MARTINSBURG, W.Va. — Members of the Home Rule Board heard one theme repeated several times Monday: the West Virginia Home Rule Pilot Program Phase II should be opened to all applicants.
“When I look at the names of the municipalities that have applied, I don’t see competitors – I see friends who all deserve to be in the program,” Town of Bath Mayor Susan Webster said.
Bath, Martinsburg, Charles Town and Ranson made their presentations to the Home Rule Board Monday at the Holiday Inn in Martinsburg.
This was the last of five regional meetings the Home Rule Board held across the state to hear presentations, ask questions and take public comments on the 22 applications from municipalities that want to take part in the second phase of the Home Rule program.
“It would be great to see all the cities presenting today to become Home Rule cities,” Martinsburg Mayor George Karos told the Home Rule Board members.
Charles Town and Ranson had a special interest in seeing more cities selected for the program.
Sharing a common border and common issues, the two cities originally had asked to submit a joint application to be part of the Home Rule program. That request was denied, but they submitted practically identical applications that included several inter-jurisdictional proposals.
“The Legislature should get together to expand the program to all who applied,” Matt Ward told the Home Rule Board. He is a Charles Town resident and chief executive officer of Sustainable Strategies DC, which helped Charles Town and Ranson prepare their separate, but coordinated applications.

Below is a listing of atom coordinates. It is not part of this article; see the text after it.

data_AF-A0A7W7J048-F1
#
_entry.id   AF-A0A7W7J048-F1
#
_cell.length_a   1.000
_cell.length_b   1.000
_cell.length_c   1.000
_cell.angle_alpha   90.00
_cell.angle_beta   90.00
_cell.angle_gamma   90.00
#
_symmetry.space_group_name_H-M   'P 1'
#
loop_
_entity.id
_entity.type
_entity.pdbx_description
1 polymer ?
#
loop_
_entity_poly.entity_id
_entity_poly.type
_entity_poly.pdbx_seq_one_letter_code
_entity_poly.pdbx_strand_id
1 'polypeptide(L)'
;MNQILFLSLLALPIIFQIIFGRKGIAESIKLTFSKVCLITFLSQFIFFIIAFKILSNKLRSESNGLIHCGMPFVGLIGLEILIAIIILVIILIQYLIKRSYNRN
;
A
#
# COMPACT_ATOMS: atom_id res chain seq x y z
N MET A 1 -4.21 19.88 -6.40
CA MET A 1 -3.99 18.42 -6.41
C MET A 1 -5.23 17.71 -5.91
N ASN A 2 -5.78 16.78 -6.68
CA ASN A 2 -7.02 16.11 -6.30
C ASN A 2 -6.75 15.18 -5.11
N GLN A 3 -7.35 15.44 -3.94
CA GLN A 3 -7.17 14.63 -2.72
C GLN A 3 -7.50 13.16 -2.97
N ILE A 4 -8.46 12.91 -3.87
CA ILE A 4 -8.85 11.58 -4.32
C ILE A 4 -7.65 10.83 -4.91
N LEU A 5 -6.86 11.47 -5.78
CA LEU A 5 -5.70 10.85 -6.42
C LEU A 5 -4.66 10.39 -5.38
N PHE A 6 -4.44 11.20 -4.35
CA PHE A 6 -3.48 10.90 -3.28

The original Home Rule program was enacted by the state Legislature in 2007. It was open to five cities, but only four applied – Bridgeport, Charleston, Huntington and Wheeling.
The original program was for five years, running from 2008 to 2013.
A legislative audit found that the program was an unqualified success and recommended that the pilot program be allowed to lapse, that the program be made permanent and it be open to all municipalities in the state.
However, lawmakers extended the program for another five years, starting in 2015, and expanded the number of municipalities that could take part to 20, including the original four cities, leaving up to 16 more slots.
“The Legislature should have done what the audit said,” Home Rule Board member Chris Fletcher said Monday.
Home Rule Board Chairman Patsy Trecost said all the board members feel the same way as Fletcher.
“Traveling around the state, hearing the presentations, has been quite educational,” he said Monday. “Everyone has needs and we see cities fighting the same battles like collection of fees and dilapidated buildings.”
Contacted by phone Monday evening, state Sen. Herb Snyder, D-Jefferson, who is chairman of the Senate Government Organization Committee, said it is likely the program will be opened to more cities in the future.
“But let the process work,” he said. “We would consider opening it up to more cities. I don’t know if it would be for all the ones that applied, because you have to look at the applications, but I would be open to that idea.”
The Home Rule legislation has to go through the Government Organization Committee. Snyder was in Charleston for legislative interim committee meetings and could not attend the presentations. He is an ex-officio, nonvoting member of the Home Rule Board.
“I hope all the cities in the Eastern Panhandle make it,” Snyder said. “Charles Town and Ranson are working very closely together and they should be commended for that.”